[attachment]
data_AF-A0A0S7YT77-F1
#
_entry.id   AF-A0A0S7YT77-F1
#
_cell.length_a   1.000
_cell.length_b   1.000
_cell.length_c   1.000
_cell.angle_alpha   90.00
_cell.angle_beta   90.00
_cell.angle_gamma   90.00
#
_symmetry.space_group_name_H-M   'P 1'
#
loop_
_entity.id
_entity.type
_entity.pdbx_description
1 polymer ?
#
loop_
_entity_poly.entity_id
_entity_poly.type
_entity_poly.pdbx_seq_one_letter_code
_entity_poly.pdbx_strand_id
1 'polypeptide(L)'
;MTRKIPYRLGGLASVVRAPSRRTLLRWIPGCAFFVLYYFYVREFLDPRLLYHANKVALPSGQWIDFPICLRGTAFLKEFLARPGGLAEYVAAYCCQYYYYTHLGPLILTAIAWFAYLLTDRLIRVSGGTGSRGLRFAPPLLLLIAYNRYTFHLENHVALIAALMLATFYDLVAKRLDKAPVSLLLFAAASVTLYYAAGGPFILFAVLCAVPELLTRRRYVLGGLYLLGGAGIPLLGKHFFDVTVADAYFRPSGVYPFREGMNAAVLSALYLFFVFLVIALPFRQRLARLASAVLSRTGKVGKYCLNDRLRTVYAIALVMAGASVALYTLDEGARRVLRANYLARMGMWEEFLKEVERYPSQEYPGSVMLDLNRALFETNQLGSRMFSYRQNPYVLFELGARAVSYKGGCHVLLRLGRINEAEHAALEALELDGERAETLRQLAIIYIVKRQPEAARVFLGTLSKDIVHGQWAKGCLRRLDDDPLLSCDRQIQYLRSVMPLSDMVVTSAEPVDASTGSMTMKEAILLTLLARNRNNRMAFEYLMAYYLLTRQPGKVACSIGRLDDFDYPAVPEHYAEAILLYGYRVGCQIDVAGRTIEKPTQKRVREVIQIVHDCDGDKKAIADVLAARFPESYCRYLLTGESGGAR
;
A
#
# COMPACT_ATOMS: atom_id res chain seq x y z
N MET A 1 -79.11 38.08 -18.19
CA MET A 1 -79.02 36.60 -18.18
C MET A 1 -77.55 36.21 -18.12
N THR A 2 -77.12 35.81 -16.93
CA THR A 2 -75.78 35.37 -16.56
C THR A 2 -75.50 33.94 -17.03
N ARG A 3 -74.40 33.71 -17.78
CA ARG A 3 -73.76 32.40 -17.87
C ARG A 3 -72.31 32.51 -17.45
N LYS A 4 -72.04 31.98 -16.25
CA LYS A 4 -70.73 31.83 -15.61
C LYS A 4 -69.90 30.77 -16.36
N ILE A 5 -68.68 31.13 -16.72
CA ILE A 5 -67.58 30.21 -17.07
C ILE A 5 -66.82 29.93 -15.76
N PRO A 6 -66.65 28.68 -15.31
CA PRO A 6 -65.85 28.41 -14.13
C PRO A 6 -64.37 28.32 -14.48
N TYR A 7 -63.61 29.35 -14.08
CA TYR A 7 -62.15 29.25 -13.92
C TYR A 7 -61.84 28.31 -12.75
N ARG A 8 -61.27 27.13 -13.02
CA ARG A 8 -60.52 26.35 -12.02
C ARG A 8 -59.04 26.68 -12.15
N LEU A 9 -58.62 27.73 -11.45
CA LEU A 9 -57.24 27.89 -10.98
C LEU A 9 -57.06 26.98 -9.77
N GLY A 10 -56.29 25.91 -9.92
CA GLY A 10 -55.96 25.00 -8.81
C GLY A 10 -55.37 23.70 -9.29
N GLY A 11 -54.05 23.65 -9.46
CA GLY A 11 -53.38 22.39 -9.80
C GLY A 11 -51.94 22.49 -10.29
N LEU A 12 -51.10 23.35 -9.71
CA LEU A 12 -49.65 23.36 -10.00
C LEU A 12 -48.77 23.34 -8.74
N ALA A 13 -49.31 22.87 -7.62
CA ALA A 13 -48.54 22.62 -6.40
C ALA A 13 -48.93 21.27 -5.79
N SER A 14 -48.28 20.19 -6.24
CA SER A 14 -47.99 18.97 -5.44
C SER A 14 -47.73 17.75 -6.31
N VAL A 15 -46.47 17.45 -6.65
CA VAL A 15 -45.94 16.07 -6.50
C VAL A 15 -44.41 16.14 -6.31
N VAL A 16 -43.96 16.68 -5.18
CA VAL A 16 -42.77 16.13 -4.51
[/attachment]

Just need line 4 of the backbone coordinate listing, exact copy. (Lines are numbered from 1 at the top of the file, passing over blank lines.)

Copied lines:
#